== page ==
Experts from Children’s National Hospital, Fran Cogen, M.D., CDE, director of the Childhood and Adolescent Diabetes Program, and Brynn Marks, M.D., MS-HPEd, endocrinologist, want to raise awareness of diabetes and debunk some common myths.
Before exploring the misconceptions, we need to understand the different types of diabetes and their causes.
The most common diabetes types are Type 1 and Type 2, although there are others, including those related to cystic fibrosis, gene mutations and pancreatic damage. Of the more than 30 million Americans living with diabetes, an overwhelming majority have Type 2, while just 5% have Type 1.
Type 1 diabetes occurs after an autoimmune attack causes the body to lack insulin. Without insulin, the cells in the body are unable to take up glucose and use it for fuel, resulting in high blood sugar. Type 1 diabetes occurs in people with a genetic predisposition, and requires “something” in the environment to trigger the disease. On the other hand, Type 2 diabetes is caused by resistance to the body’s normally produced insulin, despite the fact that people with Type 2 diabetes may make even more insulin than the average person. High blood sugar occur in Type 2 diabetes when the body can no longer produce enough insulin.
Myth 1: Eating too much sugar causes diabetes
Although the precise cause of Type 1 diabetes is still unknown, we know that the autoimmune attack on the pancreas is not caused by eating too much sugar. However, the number one risk factor for Type 2 diabetes is obesity and a diet high in sugar, as well as familial dispositions. Although there is not a direct link between sugar intake and many types of diabetes, the importance of a healthy diet in managing diabetes of all types cannot be underestimated.
Myth 2: Being overweight causes diabetes
Obesity is the number one risk factor for Type 2 diabetes and poor dietary habits are linked to obesity. Although obesity predisposes people to diabetes, not everyone who is obese develops diabetes. Family history, ethnicity, diet, exercise and certain medications (including steroids and psychiatric medications) all impact the risk for developing diabetes. Although obesity does not directly cause Type 1 diabetes, there is some thought that being overweight or obese may lead diabetes to develop sooner.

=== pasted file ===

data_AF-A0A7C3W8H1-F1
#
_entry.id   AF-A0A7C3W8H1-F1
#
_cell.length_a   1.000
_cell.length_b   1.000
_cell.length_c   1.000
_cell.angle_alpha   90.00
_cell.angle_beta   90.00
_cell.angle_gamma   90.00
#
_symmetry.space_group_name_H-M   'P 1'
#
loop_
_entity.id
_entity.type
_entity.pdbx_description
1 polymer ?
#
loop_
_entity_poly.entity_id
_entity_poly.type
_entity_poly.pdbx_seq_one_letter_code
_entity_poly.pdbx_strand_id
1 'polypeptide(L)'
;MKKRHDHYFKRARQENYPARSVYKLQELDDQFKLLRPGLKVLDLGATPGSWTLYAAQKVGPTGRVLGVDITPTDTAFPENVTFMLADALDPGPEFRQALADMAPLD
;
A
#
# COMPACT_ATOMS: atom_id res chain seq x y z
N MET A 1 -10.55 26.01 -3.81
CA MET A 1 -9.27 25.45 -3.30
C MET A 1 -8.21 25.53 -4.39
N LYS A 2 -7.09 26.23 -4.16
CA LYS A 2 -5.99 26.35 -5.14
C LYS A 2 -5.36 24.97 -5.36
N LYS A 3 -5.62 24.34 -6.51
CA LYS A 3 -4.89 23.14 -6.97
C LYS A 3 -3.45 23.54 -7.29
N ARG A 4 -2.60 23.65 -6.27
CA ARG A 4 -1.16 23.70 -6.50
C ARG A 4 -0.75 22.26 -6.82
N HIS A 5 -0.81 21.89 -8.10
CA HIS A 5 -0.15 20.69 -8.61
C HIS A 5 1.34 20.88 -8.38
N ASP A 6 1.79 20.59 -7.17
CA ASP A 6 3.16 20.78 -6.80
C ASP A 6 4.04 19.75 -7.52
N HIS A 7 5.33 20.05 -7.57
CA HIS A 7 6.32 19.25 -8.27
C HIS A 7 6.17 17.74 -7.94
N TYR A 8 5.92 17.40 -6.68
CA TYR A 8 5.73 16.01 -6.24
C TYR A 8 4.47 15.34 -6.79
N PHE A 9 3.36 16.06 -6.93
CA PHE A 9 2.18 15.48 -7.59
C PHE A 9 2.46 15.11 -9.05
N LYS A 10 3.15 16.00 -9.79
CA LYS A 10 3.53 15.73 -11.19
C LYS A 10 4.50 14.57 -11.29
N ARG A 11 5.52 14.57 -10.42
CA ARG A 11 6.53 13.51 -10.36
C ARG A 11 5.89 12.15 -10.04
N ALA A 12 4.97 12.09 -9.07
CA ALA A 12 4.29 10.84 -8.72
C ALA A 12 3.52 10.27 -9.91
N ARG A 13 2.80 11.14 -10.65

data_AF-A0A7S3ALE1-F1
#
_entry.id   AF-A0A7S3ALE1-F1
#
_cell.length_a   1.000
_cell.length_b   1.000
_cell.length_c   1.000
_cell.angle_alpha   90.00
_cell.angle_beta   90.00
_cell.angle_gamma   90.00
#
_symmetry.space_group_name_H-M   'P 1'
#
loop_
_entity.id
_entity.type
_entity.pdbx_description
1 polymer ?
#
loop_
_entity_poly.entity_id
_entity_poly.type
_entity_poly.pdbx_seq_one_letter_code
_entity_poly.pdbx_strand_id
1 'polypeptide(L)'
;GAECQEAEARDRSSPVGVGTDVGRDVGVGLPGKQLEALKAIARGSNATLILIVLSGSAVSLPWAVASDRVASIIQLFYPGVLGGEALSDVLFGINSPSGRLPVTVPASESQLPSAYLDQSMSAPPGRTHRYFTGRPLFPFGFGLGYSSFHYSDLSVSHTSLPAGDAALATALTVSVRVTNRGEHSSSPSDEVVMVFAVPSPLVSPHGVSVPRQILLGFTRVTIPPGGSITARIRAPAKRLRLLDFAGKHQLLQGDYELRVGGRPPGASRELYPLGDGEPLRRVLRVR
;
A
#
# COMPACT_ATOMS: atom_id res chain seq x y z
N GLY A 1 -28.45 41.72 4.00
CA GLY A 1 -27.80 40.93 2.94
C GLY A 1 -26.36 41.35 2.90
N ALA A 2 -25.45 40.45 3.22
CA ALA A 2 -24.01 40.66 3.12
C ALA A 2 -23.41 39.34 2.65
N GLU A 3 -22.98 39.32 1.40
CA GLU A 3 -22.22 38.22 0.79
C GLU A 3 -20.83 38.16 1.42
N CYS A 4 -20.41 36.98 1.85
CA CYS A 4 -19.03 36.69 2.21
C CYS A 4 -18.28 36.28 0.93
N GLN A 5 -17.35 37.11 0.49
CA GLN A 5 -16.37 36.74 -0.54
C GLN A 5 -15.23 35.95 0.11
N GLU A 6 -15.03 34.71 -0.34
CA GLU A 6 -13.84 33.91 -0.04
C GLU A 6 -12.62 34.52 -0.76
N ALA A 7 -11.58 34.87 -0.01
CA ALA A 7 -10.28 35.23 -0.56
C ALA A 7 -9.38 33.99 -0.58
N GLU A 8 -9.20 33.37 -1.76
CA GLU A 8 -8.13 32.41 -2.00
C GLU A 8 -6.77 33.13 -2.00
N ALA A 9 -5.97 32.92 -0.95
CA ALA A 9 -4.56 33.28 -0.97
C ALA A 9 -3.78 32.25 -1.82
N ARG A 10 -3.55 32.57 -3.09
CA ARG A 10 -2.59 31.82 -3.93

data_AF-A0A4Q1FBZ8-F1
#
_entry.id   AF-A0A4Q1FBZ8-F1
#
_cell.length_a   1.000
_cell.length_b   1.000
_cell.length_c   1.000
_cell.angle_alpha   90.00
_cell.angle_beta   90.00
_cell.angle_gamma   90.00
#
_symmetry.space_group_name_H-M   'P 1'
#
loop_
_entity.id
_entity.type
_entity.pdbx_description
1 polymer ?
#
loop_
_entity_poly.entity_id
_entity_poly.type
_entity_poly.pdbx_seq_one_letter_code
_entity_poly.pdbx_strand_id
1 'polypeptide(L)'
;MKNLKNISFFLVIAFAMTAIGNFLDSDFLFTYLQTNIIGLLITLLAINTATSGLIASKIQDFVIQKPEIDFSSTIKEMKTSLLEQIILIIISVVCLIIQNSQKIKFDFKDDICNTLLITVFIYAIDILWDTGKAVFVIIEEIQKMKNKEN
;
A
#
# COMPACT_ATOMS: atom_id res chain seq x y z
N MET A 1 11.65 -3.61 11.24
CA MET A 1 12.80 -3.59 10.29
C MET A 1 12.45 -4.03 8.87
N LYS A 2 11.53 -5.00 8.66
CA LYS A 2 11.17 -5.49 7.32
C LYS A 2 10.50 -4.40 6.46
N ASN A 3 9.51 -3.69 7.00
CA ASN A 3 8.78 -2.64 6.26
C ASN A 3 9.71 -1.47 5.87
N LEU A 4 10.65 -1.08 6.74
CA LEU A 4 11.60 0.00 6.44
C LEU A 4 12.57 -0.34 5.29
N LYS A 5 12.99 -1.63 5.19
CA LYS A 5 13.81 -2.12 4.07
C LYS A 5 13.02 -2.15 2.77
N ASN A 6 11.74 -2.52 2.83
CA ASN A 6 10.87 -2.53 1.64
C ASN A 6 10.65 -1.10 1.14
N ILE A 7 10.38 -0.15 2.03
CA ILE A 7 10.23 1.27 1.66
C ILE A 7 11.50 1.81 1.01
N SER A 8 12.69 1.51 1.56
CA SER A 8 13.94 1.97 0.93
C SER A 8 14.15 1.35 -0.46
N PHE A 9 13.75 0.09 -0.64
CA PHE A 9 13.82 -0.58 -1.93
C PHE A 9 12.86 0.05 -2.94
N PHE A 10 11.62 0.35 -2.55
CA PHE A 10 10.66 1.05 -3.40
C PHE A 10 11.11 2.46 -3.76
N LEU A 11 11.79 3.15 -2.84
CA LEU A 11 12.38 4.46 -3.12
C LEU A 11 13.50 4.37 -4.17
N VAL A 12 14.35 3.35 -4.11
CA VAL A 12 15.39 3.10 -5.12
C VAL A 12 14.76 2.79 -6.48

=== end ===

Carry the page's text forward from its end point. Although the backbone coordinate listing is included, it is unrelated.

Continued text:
Myth 3: Having diabetes means you must eat foods that are different from everyone else’s
People with diabetes should follow the same healthy diet recommended for people without diabetes. When children are diagnosed with Type 1 diabetes, our diabetes team emphasizes that there is no food they cannot eat. While a healthy diet is important to control blood sugars, there is always room for the occasional treat or dessert on special occasions.
Myth 4: A diabetes diagnosis means you automatically need insulin
Insulin is just one of many treatment options to control blood sugar in patients with diabetes. The goal of treatment in diabetes is to keep blood sugar as close to normal as possible, so both short- and long-term complications are minimized. For patients with Type 1 diabetes, who make either no or only minimal amounts of insulin in their own bodies, insulin injections are the cornerstone of treatment. Insulin doses are customized to match the age, weight, activity and food intake of each person.
In Type 2 diabetes, the need for insulin depends on the degree of blood sugar elevation. Initial treatment often includes lifestyle modifications such as diet and exercise that assist with weight loss. If blood sugar continues to be mildly elevated, oral medications can often be used to make the body more sensitive to the insulin that is being produced, to increase insulin production or to increase the amount of glucose being excreted in the urine. Some other injectable medications can help to increase insulin production and decrease appetite. Insulin therapy is used in Type 2 diabetes when the blood sugar cannot be controlled with lifestyle modifications or oral medications.
Myth 5: Only older people get diabetes
Diabetes can occur in people of all ages—from infants to older adults. The timing of diabetes onset also depends on the underlying cause. Infants with single-gene mutations are diagnosed with diabetes at just a few months of age. Type 1 diabetes can occur in both children and adults. The insulin resistance that causes Type 2 diabetes rarely occurs before puberty, but can affect adolescents and older adults. However, at any age, people can and do live well with diabetes!
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